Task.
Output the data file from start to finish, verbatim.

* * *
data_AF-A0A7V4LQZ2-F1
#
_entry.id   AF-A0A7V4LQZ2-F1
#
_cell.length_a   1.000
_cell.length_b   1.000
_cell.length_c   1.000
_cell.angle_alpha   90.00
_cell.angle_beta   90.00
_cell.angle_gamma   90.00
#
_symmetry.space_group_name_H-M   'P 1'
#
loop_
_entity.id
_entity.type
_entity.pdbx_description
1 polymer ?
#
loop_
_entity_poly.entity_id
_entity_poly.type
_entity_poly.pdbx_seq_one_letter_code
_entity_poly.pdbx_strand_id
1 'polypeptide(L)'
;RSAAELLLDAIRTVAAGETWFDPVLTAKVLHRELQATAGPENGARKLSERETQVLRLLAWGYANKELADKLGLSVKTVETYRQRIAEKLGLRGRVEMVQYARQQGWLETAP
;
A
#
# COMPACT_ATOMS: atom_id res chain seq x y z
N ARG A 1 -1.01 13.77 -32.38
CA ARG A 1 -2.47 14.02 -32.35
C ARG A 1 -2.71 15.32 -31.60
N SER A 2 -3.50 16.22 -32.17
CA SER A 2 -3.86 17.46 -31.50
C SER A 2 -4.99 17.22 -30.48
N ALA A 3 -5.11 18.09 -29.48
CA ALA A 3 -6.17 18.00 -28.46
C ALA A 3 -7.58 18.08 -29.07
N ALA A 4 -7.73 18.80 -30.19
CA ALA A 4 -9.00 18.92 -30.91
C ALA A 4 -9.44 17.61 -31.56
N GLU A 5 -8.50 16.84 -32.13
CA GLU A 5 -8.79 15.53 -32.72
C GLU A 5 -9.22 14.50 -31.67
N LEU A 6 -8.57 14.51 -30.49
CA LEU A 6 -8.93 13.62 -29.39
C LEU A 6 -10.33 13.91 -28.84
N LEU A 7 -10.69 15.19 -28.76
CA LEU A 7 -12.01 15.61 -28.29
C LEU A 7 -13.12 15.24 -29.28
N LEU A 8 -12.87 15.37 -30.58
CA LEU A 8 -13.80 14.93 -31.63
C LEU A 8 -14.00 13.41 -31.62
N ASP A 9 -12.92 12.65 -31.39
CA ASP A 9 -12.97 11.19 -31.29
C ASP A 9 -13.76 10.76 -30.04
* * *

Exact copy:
data_AF-A0A7V4LQZ2-F1
#
_entry.id   AF-A0A7V4LQZ2-F1
#
_cell.length_a   1.000
_cell.length_b   1.000
_cell.length_c   1.000
_cell.angle_alpha   90.00
_cell.angle_beta   90.00
_cell.angle_gamma   90.00
#
_symmetry.space_group_name_H-M   'P 1'
#
loop_
_entity.id
_entity.type
_entity.pdbx_description
1 polymer ?
#
loop_
_entity_poly.entity_id
_entity_poly.type
_entity_poly.pdbx_seq_one_letter_code
_entity_poly.pdbx_strand_id
1 'polypeptide(L)'
;RSAAELLLDAIRTVAAGETWFDPVLTAKVLHRELQATAGPENGARKLSERETQVLRLLAWGYANKELADKLGLSVKTVETYRQRIAEKLGLRGRVEMVQYARQQGWLETAP
;
A
#
# COMPACT_ATOMS: atom_id res chain seq x y z
N ARG A 1 -1.01 13.77 -32.38
CA ARG A 1 -2.47 14.02 -32.35
C ARG A 1 -2.71 15.32 -31.60
N SER A 2 -3.50 16.22 -32.17
CA SER A 2 -3.86 17.46 -31.50
C SER A 2 -4.99 17.22 -30.48
N ALA A 3 -5.11 18.09 -29.48
CA ALA A 3 -6.17 18.00 -28.46
C ALA A 3 -7.58 18.08 -29.07
N ALA A 4 -7.73 18.80 -30.19
CA ALA A 4 -9.00 18.92 -30.91
C ALA A 4 -9.44 17.61 -31.56
N GLU A 5 -8.50 16.84 -32.13
CA GLU A 5 -8.79 15.53 -32.72
C GLU A 5 -9.22 14.50 -31.67
N LEU A 6 -8.57 14.51 -30.49
CA LEU A 6 -8.93 13.62 -29.39
C LEU A 6 -10.33 13.91 -28.84
N LEU A 7 -10.69 15.19 -28.76
CA LEU A 7 -12.01 15.61 -28.29
C LEU A 7 -13.12 15.24 -29.28
N LEU A 8 -12.87 15.37 -30.58
CA LEU A 8 -13.80 14.93 -31.63
C LEU A 8 -14.00 13.41 -31.62
N ASP A 9 -12.92 12.65 -31.39
CA ASP A 9 -12.97 11.19 -31.29
C ASP A 9 -13.76 10.76 -30.04